Cicadas are often said to be seasonal. In Japan, they emerge from the ground to sing every summer. Javanese uses cicadas sound as an indicator of the beginning of dry season i.e April–May. Similarly, Cicada sounds are a defining quality of Melbourne, Sydney, and Canberra during late spring and the summer months.
In my previous post, I mentioned that I witnessed the moulting of the Black & Golden Cicadas in April 2013. As we wanted to see them again this year, my friends and I decided to try our luck at Zhenghua forest on April 12 and May 3.
The weather looked fine when we reached Zhenghua forest in the morning of April 12. However, after less than an hour of shooting, it started to drizzle and continued raining lightly for the next few hours. We didn’t have the opportunity to check out the Black & Golden cicadas which are usually found deeper into the forest trail. I have only 2 decent shots in that morning. Here is a shield bug hiding behind a leaf. This was the 2nd time that I found this uncommon bug in this area.
Although Katydid nymphs are fairly common in Singapore, the interesting perch prompted me to take this shot.
The weather was much better on 3 May 2014. I was greeted by a pretty grasshopper soaked in morning dews. It was staring at him with curious eyes.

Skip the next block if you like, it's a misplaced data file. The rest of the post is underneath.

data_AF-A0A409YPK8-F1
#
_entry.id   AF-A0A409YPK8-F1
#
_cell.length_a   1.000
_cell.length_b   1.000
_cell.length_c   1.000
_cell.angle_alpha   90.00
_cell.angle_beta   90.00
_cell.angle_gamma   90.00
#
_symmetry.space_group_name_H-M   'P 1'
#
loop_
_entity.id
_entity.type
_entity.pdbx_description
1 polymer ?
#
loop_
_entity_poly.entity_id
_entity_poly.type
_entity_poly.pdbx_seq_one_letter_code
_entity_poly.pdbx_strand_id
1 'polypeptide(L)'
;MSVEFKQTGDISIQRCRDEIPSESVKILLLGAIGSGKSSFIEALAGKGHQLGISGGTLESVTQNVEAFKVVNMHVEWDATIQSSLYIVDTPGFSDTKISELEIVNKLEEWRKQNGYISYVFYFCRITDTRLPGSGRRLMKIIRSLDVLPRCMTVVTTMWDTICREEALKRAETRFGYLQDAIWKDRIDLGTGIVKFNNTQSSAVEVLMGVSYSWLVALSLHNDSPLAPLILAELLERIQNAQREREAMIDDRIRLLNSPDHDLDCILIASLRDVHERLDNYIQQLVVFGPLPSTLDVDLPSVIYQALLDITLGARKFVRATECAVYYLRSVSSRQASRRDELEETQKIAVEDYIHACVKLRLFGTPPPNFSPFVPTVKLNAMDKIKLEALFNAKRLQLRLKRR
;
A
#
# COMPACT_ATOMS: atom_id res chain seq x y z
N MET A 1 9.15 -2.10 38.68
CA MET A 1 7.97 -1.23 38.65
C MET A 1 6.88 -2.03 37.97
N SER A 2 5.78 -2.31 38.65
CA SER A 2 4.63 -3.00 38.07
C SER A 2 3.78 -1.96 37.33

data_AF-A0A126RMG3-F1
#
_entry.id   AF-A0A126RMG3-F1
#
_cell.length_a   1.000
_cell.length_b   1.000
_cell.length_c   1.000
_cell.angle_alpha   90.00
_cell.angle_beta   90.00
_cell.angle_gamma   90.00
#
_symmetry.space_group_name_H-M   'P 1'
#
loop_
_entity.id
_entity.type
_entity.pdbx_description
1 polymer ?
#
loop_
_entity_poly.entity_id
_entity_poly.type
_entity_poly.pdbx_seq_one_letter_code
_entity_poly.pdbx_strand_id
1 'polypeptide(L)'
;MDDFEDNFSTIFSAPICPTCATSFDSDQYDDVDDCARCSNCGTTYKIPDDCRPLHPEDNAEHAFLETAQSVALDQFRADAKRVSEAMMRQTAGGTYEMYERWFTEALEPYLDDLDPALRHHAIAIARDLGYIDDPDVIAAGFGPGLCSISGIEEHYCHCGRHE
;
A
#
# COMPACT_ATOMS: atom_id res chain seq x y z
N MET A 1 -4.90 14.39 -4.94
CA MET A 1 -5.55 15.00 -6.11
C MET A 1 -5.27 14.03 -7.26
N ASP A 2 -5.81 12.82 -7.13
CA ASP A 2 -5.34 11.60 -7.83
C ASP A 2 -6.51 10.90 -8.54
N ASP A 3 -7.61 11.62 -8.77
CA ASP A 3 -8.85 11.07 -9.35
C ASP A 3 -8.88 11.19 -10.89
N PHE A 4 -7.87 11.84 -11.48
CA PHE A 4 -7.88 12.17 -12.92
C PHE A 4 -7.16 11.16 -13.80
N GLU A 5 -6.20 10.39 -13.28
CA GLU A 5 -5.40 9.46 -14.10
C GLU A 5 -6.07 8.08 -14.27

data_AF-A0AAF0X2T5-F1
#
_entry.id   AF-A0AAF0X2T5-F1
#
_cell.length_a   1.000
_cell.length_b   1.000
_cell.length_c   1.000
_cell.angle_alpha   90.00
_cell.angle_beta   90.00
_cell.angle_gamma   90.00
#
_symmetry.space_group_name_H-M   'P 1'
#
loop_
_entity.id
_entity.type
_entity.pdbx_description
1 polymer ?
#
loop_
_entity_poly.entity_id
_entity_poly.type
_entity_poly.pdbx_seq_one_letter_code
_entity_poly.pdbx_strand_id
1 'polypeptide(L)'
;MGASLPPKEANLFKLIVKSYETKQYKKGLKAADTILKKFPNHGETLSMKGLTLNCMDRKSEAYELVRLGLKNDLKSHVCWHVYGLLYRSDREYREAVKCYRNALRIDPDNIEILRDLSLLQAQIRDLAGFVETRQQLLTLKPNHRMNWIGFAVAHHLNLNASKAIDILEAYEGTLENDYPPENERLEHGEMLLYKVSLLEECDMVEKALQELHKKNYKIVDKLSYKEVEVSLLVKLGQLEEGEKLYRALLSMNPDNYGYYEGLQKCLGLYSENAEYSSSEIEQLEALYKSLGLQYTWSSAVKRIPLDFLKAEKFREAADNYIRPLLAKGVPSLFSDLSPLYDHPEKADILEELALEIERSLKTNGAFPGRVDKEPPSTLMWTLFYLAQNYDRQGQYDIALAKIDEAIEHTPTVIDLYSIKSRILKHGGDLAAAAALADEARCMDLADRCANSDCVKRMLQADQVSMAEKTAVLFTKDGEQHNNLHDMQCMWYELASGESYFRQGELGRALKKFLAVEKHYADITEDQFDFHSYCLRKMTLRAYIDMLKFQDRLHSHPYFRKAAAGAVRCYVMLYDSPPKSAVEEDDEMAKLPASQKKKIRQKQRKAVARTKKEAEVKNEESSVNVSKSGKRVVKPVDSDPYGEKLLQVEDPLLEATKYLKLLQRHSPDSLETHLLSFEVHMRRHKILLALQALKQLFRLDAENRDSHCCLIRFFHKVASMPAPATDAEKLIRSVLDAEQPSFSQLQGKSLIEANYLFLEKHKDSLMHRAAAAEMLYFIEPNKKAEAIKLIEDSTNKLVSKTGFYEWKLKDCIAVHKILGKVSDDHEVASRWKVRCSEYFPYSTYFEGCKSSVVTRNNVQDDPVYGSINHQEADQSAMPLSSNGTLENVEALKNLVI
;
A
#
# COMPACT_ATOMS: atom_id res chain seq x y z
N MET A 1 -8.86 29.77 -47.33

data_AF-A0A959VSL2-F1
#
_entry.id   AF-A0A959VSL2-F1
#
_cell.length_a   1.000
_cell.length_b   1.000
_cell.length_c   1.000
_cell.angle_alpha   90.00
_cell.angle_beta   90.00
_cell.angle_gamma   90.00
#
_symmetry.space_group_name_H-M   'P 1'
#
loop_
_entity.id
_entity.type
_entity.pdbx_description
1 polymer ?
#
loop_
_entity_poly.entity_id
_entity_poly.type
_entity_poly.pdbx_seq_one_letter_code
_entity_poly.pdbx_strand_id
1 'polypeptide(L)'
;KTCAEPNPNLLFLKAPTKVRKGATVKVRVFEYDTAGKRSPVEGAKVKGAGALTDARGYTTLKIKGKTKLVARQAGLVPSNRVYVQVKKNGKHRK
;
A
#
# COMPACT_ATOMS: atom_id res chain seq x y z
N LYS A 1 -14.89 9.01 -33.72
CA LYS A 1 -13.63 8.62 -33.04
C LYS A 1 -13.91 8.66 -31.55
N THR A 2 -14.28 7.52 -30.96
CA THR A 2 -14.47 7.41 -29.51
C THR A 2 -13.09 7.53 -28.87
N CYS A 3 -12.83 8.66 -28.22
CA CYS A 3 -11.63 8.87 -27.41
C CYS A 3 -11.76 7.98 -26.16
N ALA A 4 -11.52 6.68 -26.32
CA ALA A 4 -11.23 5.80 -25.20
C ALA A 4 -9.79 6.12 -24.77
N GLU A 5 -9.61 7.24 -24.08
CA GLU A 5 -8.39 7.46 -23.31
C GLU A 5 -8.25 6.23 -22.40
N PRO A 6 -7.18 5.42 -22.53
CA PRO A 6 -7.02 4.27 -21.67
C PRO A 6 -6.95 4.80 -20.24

But it became shy and slowly turned its head away giving me an opportunity to take a classic side view shot.
This is a good site to shoot St Andrew Cross Spiders and I have never failed to spot at least one of them here.
Endy found a pair of mating Leaf Beetles and alerted me. The left image was shot with fill flash while the dark blackground on the right was taken using the full power of the flash. Personally, I find the green background looks nicer. What do you think?
Another pair of bugs were having a good time nearby. This is known as Sugarcane Red Bugs.
It appeared that it was a good day for mating as I saw this time a pair of mating Leaf-footed bugs.
As I was about to leave to explore further into the forest, a beautiful pink coloured fruit caught my attention.
It is known as White Mulberry (Morus alba), which is a species native to northern China. I read that White mulberry is an herb where their powdered leaves are most commonly used for medicine. They are often tried for treating diabetes, high cholesterol levels, high blood pressure, etc. The fruit can be used for food, either raw or cooked. I recalled eating these wild fruits during my childhood years. It tastes sour if I remember correctly.
So did we find the rare Black & Golden cicadas this time? Unfortunately, no! We did not manage to find even a single cicada’s skeleton at the same spots where we found them last year! The sighting of a Sunda flying lemur however, offer a little consolation of our visit here. Hazel was particularly delighted as she had never seen a flying lemur in the wild before this trip.